naamah_darling: The right-side canines of a wolf's skull; the upper canine is made of gold. (Thane)
Okay, so this is fucked up and hilarious and completely, unexpectedly awesome.

I wrote about being denied for disability here: Time and tide, and a complete lack of surprise.

Except . . . the letter wasn't a denial letter. It was an acceptance letter. The most backhanded piece of mail I have ever received, one that masqueraded almost perfectly as its opposite. It said, in one line buried in three pages, "we have determined that you are disabled." But it then went on to say that I was not eligible for help, so no cookie for me, and that is what the whole rest of the letter was about, and so I didn't really understand what I was seeing, because all I was seeing was the big red NOPE where the money I desperately need should have been.

So we talked to a lawyer, and the lawyer explained that this is what happens when they don't have current financial information on you, because they've dragged their heels so long they can no longer use the info they requested from you at your initial application. They want new proof of our liquid assets, that's all.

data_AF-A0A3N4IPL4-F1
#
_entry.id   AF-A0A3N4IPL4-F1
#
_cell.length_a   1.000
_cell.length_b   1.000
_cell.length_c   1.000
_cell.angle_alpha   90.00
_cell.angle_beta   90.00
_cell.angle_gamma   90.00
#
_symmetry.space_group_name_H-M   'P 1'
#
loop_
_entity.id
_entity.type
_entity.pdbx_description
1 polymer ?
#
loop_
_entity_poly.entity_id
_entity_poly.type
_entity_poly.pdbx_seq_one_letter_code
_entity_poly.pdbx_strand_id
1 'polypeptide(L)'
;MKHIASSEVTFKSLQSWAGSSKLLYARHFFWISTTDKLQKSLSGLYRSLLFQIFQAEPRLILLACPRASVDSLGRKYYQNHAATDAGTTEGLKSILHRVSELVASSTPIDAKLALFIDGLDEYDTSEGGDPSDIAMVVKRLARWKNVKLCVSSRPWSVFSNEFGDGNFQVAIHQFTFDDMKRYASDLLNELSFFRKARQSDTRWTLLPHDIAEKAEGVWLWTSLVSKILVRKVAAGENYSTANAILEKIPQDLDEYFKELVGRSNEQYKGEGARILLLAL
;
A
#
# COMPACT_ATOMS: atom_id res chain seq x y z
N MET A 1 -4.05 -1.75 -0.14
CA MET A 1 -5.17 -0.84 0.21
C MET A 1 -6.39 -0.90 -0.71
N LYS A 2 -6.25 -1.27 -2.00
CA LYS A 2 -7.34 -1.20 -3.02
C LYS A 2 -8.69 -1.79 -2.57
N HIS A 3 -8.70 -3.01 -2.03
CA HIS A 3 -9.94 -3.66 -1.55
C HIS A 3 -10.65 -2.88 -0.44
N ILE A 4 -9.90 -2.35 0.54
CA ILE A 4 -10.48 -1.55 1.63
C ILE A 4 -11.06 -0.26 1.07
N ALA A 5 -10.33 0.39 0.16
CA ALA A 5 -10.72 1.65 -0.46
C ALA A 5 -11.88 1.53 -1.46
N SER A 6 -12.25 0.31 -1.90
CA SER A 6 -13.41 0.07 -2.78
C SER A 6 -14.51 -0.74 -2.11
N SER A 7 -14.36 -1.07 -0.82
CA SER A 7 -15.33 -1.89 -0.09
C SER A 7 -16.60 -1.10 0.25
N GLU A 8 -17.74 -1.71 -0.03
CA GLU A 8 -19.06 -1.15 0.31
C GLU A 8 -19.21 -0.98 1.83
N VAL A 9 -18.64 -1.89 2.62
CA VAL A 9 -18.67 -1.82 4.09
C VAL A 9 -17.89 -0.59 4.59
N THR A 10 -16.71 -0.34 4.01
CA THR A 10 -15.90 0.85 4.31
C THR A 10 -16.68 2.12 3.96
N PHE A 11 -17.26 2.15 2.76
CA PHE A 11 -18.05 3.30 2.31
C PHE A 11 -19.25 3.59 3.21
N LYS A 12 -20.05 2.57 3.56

We called the Social Security office and talked to someone there about it and yeah, that's the truth. I'm approved, contingent upon my ability to prove to their satisfaction that I need their money, but they aren't arguing that I'm not crazy.

We now have an appointment to go see them on April 12th, though that might get moved or shuffled about, I don't know.

The important part is that I haven't been determined to be eligible for financial aid.

But I have been found to be disabled by the state.

And that's . . . that's the big one, isn't it? The hard one? That's the part I was fighting for, and so afraid of? The thing that never happens, that I knew would not happen: they admitted I was disabled with my first try.

I mean, I . . . I did it. I didn't even know I did it, but I did it. And . . . I don't . . . I just . . . I feel so incredibly weird about the whole thing, and there is a lot to unpack. I have complicated feelings about it, and I am afraid of the restrictions that will be placed on me because of it -- there are some, regarding how much money you can make or whatnot, and I don't know what those are, and won't, until I talk to the people in April. I am still afraid this will be taken away from me.

But they want me to bring my bank account and routing numbers for direct deposit, guys, and it just . . . it could be a real thing. And I don't . . . I don't . . . really? I mean . . . really?